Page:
Shovel Knight is a 2D action platformer, and you will make your way across 12 main levels, including the tutorial and the final three levels, the Tower of Fate. Your main weapon is, of course, your trusty shovel. You can slash sideways, thrust downward in a pogo stick-style fashion, and use the shovel to uncover treasure and find hidden areas. Your attack moves are limited so don’t expect a combo system. Luckily, enemies are designed around this attack system where they will die in one or two hits. Some enemies will be like those knights from Zelda II, and have the ability to block your moves. Those sequences become tests of patience, and are incredibly satisfying if you are persistent enough to tackle those enemies. That is, unless you want to use one of the many awesome Castlevania-style sub-weapons. Throughout the game, you will find hidden areas with relics that will give you additional fire power, like an anchor that is like the throwing axe in Castlevania, gauntlets that will let you go through floating stones, an emblem that will make you invulnerable for a few seconds, and one of my favorites, a dagger that not only attacks enemies, but can also get you across large gaps. What I enjoy about these sub-weapons are that their uses are well implemented, and are satisfying to use. It isn’t like Castlevania: Symphony of the Night, where all I used in terms of sub-weapons was the axe, or in Mega Man 2 where if you just equip Metal Man’s weapon, it breaks everything, and makes it less fun to use the other robot master weapons. I found areas where one relic helped me out a lot. They also implement loot levels, where they basically teach you how to use said sub-weapon by rewarding you with a lot of loot. Outside of combat, you will find two different towns where you can get health, magic, armor, and weapon upgrades that will give you enhanced abilities. The armor upgrades will give Shovel Knight different types of armors, with different perks, like only losing half the money you would normally lose in a level when you die, or doubling your magic damage, but leaving you a little more vulnerable. Just like in Super Mario Bros. 3, there will be wandering bosses that you will need to fight if you want to get a very hefty loot boost, and to spice up the gameplay every now and then. The boss fights are some of the best I have seen. Like many people have said, they don’t have a preset pattern, but different moves that they will implement at random so you don’t need to rely on playing the boss over and over to understand what you need to do to beat them. This game is hard, and I will admit I died a lot during the entire game, but like everyone else has said again, it is your fault. The controls are tight, and if you die, it’s on you, and not the game. The experience isn’t long at about five hours, but it doesn’t really overstay its welcome, and there is enough to the overall game, like a “new game +” option, where you keep your upgrades, but take a little more damage, to keep you coming back to it.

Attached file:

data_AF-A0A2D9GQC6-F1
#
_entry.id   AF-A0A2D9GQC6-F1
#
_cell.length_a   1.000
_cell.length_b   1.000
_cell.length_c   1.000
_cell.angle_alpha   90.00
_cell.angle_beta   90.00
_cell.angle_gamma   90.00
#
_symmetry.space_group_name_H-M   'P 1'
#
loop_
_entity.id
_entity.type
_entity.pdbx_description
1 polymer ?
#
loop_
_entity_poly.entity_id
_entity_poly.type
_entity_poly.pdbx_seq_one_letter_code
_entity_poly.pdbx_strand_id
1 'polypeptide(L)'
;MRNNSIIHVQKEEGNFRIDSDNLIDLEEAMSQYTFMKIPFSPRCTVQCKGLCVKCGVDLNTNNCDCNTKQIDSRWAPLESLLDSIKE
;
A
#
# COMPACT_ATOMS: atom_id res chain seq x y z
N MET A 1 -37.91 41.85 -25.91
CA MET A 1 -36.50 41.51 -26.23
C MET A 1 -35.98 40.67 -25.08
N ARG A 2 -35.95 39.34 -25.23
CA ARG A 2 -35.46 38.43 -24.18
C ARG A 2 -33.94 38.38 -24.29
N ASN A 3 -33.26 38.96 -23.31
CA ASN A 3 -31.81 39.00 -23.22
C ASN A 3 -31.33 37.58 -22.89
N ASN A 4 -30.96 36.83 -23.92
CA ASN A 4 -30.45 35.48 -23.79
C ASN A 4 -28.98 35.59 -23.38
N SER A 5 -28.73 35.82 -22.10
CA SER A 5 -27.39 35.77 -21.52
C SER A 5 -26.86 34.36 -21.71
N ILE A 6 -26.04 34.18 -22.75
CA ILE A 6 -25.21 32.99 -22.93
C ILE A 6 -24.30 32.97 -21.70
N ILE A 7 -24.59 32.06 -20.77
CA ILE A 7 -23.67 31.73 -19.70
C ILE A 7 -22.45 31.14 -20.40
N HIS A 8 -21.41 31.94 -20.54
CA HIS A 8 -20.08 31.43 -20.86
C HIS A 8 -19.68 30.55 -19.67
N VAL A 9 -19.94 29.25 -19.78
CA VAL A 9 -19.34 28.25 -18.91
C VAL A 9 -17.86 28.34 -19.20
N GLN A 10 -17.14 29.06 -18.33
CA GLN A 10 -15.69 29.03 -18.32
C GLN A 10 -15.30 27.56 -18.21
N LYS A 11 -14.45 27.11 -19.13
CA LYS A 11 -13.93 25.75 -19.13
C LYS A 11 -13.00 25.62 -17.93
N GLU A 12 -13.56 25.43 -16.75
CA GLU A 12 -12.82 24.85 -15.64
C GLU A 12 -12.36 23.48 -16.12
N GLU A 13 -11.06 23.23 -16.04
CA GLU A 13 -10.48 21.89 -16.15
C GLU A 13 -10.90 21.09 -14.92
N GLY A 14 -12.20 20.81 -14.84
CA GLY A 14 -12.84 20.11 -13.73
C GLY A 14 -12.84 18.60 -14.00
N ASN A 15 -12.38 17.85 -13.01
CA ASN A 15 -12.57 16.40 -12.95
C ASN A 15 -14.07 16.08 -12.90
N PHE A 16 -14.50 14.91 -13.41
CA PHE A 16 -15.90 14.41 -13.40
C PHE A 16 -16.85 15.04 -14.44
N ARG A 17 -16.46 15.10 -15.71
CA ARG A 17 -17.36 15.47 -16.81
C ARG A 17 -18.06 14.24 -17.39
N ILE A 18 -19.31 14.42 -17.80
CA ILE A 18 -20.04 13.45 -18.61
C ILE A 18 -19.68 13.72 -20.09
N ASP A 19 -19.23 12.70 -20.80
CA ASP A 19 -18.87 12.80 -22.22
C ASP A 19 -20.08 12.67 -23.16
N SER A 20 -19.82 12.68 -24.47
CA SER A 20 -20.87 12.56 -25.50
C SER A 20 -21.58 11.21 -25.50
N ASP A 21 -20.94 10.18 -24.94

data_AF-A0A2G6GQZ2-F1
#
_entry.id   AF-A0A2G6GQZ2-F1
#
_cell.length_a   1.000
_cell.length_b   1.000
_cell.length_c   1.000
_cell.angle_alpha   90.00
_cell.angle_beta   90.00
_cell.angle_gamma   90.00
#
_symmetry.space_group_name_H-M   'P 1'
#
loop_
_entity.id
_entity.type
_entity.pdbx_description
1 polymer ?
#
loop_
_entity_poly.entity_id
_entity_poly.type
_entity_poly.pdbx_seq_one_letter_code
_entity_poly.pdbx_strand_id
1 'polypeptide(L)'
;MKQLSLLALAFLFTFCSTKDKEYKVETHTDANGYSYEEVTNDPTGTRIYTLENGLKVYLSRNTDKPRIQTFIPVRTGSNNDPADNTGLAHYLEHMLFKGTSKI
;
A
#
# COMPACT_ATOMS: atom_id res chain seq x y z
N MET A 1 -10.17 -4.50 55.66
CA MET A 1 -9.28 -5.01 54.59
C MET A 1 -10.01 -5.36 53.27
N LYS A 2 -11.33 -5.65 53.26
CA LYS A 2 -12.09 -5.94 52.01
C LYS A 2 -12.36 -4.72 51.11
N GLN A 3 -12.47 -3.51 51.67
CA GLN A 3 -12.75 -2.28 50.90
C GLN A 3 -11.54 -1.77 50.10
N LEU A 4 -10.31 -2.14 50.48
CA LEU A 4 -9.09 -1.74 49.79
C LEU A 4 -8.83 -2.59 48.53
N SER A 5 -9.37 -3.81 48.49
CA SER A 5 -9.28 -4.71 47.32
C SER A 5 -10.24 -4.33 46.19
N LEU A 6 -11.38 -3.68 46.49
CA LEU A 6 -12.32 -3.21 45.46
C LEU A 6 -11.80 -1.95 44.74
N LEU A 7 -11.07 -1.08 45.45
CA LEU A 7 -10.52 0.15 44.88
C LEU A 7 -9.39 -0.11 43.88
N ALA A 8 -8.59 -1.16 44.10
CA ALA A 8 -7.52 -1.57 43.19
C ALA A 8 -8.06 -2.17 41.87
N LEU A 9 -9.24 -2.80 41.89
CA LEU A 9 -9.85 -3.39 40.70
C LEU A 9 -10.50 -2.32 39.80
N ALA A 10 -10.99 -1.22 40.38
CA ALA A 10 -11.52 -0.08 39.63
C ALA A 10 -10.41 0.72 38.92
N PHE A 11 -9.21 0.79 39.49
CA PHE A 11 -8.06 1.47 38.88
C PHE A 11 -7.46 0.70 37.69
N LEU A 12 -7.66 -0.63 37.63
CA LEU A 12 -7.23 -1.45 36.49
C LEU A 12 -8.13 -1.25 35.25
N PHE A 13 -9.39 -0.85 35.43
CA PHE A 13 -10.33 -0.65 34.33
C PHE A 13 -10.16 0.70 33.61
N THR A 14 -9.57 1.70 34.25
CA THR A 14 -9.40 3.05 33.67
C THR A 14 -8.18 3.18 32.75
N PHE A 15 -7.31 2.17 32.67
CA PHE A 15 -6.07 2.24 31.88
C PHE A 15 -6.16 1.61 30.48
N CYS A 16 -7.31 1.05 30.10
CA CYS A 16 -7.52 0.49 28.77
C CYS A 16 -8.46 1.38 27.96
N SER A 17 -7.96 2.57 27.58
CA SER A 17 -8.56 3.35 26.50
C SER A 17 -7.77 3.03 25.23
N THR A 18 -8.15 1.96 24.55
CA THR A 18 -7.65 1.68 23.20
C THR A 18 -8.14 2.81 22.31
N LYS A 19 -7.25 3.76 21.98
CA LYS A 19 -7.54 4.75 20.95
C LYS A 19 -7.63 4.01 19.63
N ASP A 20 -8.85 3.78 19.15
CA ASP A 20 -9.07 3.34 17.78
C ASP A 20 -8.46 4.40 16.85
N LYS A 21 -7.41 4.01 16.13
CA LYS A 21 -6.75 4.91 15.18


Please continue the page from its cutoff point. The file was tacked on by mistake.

Graphically, it is everything old-school gamers love about retro games. The colors are bright, the animations are smooth, and it goes that retro gaming route, but doesn’t feel like it’s just doing it to get your attention. It’s not a cheap graphical look just for the sake of saving money. The music is amazing, and there is a reason for that. The composers for the game are the always talented Jake Kaufman and the also always talented Manami Matsumae. Jake Kaufman is known for the soundtracks for the original Shantae, Legend of Kay, Contra 4, Retro City Rampage, Mighty Switch Force!, Double Dragon Neo, and Ducktales: Remastered. Manami Matsumae is well known for her work on games like the original Mega Man, U.N. Squadron, Magic Sword, and is helping out with the soundtrack for Mighty No. 9. The tunes are catchy, upbeat, and atmospheric at times. I found myself humming the tunes to the Clockwork Tower level a lot.